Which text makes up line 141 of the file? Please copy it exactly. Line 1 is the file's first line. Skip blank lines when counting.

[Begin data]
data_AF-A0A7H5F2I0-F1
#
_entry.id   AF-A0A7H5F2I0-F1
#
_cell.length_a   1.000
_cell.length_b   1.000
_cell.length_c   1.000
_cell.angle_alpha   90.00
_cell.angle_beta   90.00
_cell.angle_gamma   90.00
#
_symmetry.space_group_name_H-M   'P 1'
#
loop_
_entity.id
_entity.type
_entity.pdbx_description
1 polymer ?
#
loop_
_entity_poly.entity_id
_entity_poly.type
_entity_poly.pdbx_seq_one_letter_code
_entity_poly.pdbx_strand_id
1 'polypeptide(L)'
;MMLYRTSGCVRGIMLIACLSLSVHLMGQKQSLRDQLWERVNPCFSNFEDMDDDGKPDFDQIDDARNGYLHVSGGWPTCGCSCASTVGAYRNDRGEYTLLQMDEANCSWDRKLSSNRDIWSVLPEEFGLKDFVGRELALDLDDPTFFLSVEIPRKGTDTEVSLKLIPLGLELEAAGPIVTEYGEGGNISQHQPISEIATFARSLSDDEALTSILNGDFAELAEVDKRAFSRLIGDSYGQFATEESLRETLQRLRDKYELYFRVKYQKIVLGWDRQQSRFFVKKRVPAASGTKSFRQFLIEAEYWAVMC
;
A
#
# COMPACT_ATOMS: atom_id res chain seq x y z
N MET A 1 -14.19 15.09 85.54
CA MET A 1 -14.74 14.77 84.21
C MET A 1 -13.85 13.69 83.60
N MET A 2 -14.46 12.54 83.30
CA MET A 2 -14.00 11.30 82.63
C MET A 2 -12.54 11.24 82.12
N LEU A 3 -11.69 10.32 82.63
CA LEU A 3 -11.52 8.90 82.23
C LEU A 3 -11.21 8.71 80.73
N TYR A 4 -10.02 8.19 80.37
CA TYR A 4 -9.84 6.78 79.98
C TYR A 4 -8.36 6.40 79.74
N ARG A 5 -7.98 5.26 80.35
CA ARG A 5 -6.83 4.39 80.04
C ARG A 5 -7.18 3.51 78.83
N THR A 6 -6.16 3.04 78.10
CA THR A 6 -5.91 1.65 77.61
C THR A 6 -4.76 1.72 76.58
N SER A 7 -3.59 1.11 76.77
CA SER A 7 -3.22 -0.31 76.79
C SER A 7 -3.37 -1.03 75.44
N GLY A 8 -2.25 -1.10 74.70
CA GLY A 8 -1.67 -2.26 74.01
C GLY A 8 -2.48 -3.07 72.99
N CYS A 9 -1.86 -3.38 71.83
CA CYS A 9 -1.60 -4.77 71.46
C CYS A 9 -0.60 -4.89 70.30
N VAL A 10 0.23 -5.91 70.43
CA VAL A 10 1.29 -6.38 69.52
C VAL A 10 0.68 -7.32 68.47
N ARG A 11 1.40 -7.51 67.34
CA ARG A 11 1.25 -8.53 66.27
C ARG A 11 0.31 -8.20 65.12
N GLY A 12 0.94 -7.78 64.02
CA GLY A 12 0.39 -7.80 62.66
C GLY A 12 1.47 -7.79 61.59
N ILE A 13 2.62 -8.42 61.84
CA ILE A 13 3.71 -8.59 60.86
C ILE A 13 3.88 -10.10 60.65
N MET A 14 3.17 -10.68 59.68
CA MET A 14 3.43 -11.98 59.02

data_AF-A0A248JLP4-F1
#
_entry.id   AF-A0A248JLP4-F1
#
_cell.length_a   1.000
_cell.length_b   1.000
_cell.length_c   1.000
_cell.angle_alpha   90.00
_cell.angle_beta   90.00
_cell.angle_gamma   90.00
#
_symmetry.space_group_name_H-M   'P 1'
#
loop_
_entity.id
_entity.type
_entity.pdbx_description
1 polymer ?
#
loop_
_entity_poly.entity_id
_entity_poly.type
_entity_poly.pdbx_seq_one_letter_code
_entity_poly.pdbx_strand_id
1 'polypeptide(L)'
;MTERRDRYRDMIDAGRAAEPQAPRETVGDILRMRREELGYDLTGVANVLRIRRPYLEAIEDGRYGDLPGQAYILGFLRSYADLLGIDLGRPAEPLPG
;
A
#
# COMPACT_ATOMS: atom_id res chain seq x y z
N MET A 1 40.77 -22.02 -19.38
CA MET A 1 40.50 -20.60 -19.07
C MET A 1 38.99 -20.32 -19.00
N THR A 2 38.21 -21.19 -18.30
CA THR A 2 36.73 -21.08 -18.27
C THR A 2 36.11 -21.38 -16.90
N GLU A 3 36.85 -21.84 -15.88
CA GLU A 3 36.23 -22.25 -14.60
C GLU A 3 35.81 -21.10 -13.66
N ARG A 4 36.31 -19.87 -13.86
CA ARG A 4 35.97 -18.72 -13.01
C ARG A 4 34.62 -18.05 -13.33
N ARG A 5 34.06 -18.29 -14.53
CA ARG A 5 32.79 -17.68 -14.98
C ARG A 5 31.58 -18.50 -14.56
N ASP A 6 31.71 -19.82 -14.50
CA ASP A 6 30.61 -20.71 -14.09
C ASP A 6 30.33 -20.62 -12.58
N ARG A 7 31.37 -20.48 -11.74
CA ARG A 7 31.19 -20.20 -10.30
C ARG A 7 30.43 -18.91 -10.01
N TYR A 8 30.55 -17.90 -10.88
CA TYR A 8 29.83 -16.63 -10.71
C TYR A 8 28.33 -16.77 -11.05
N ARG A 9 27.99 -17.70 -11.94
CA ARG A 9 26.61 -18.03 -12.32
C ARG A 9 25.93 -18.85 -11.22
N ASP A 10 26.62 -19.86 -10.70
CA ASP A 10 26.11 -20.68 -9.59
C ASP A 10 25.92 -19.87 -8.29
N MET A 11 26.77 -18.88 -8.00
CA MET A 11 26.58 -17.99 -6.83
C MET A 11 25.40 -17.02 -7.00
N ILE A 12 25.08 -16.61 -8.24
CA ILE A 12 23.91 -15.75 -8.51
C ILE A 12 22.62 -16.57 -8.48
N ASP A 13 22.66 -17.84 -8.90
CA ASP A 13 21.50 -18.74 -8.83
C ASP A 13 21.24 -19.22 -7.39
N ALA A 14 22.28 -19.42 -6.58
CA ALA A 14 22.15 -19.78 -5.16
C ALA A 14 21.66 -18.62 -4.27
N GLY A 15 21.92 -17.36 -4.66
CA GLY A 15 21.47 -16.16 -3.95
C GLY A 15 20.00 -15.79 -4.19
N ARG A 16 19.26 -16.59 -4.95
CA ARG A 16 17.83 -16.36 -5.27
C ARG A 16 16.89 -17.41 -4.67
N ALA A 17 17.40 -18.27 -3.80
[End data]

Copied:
N ALA A 14 22.28 -19.42 -6.58